Reasons and reasoning were central to the work of Paul Grice, one of the most influential and admired philosophers of the late twentieth century. In the John Locke Lectures that Grice delivered in Oxford at the end of the 1970s, he set out his fundamental thoughts about these topics; Aspects of Reason is the long-awaited publication of those lectures. They focus on an investigation of practical necessity, as Grice contends that practical necessities are established by derivation; they are necessary because they are derivable. This work sets this claim in the context of an account of reasons and reasoning, allowing Grice to defend his treatment of necessity against obvious objections and revealing how the construction of explicit derivations can play a central role in explaining and justifying thought and action. Grice was still working on Aspects of Reason during the last years of his life, and although unpolished, the book provides an intimate glimpse into the workings of his mind and will refresh and illuminate many areas of contemporary philosophy.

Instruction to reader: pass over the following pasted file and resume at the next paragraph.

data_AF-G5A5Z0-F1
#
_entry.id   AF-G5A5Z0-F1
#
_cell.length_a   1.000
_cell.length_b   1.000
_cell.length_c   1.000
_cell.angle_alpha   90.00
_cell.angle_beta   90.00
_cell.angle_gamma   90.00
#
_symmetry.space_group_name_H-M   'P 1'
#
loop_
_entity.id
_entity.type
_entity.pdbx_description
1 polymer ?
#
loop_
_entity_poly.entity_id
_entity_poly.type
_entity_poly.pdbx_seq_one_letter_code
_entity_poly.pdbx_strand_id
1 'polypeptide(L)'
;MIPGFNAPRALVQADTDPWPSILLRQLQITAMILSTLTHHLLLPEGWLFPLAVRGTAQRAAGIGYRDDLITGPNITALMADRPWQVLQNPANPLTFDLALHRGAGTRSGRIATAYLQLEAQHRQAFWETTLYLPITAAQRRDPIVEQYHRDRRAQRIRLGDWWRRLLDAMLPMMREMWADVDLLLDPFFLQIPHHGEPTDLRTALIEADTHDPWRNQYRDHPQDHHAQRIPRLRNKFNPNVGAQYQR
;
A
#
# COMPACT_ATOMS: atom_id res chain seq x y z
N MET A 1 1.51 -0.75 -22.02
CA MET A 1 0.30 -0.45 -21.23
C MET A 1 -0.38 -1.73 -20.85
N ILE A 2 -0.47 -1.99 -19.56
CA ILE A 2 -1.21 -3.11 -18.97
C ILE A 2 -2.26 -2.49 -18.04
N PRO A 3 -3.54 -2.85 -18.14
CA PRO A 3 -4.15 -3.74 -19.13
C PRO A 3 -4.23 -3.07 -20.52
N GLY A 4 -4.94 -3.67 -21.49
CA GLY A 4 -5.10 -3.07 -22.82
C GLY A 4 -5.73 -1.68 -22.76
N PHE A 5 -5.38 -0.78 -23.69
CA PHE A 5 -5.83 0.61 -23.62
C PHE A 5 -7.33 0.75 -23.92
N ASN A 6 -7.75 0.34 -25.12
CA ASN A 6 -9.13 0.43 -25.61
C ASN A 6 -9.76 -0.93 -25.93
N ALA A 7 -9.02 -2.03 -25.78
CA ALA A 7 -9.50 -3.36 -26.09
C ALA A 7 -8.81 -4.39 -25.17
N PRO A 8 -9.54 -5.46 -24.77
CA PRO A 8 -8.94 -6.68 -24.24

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Paul Grice (1913-1988) was Fellow of St John's College, and, until his retirement in 1980, Professor of Philosophy at the University of California, Berkeley. Richard Warner is Professor of Philosophy at Chicago-Kent College of Law.
Deserves to be studied by anyone who is interested in the nature of reason. Krister Bykvist, Times Literary Supplement In both the details and his grander visions, Grice presents us with many original ideas which will be of substantial interest independently of the use to which he puts them ... The issues it addresses are foundational to the philosophy of language and mind, and Grice's brilliance with ordinary language makes substantial advances towards the problems therein. Australasian Journal of Philosophy
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Descripción Oxford University Press, USA, 2001. Hardcover. Estado de conservación: New. Nº de ref. de la librería DADAX0198242522
Descripción Oxford University Press, 2001. Hardcover. Estado de conservación: New. book. Nº de ref. de la librería 0198242522